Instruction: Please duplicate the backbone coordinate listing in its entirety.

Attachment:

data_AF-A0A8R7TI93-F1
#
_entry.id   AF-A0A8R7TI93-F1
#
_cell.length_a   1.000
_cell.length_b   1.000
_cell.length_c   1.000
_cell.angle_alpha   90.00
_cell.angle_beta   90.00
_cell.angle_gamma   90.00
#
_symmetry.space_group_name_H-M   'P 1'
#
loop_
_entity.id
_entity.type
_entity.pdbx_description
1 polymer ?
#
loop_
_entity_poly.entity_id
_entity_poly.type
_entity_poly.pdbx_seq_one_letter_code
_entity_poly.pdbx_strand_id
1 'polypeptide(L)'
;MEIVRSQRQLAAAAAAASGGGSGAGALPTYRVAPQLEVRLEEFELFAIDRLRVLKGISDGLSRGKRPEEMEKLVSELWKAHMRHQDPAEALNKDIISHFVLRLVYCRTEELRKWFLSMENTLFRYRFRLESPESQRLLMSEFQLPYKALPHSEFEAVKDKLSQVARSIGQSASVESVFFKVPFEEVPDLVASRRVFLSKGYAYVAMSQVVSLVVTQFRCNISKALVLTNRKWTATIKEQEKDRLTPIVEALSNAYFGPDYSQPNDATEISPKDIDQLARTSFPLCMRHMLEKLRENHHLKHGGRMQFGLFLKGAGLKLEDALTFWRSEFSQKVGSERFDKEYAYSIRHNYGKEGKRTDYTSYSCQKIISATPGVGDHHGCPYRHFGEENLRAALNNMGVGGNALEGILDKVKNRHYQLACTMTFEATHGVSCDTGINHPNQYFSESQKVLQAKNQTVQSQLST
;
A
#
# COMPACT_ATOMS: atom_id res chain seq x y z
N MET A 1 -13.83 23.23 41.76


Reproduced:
data_AF-A0A8R7TI93-F1
#
_entry.id   AF-A0A8R7TI93-F1
#
_cell.length_a   1.000
_cell.length_b   1.000
_cell.length_c   1.000
_cell.angle_alpha   90.00
_cell.angle_beta   90.00
_cell.angle_gamma   90.00
#
_symmetry.space_group_name_H-M   'P 1'
#
loop_
_entity.id
_entity.type
_entity.pdbx_description
1 polymer ?
#
loop_
_entity_poly.entity_id
_entity_poly.type
_entity_poly.pdbx_seq_one_letter_code
_entity_poly.pdbx_strand_id
1 'polypeptide(L)'
;MEIVRSQRQLAAAAAAASGGGSGAGALPTYRVAPQLEVRLEEFELFAIDRLRVLKGISDGLSRGKRPEEMEKLVSELWKAHMRHQDPAEALNKDIISHFVLRLVYCRTEELRKWFLSMENTLFRYRFRLESPESQRLLMSEFQLPYKALPHSEFEAVKDKLSQVARSIGQSASVESVFFKVPFEEVPDLVASRRVFLSKGYAYVAMSQVVSLVVTQFRCNISKALVLTNRKWTATIKEQEKDRLTPIVEALSNAYFGPDYSQPNDATEISPKDIDQLARTSFPLCMRHMLEKLRENHHLKHGGRMQFGLFLKGAGLKLEDALTFWRSEFSQKVGSERFDKEYAYSIRHNYGKEGKRTDYTSYSCQKIISATPGVGDHHGCPYRHFGEENLRAALNNMGVGGNALEGILDKVKNRHYQLACTMTFEATHGVSCDTGINHPNQYFSESQKVLQAKNQTVQSQLST
;
A
#
# COMPACT_ATOMS: atom_id res chain seq x y z
N MET A 1 -13.83 23.23 41.76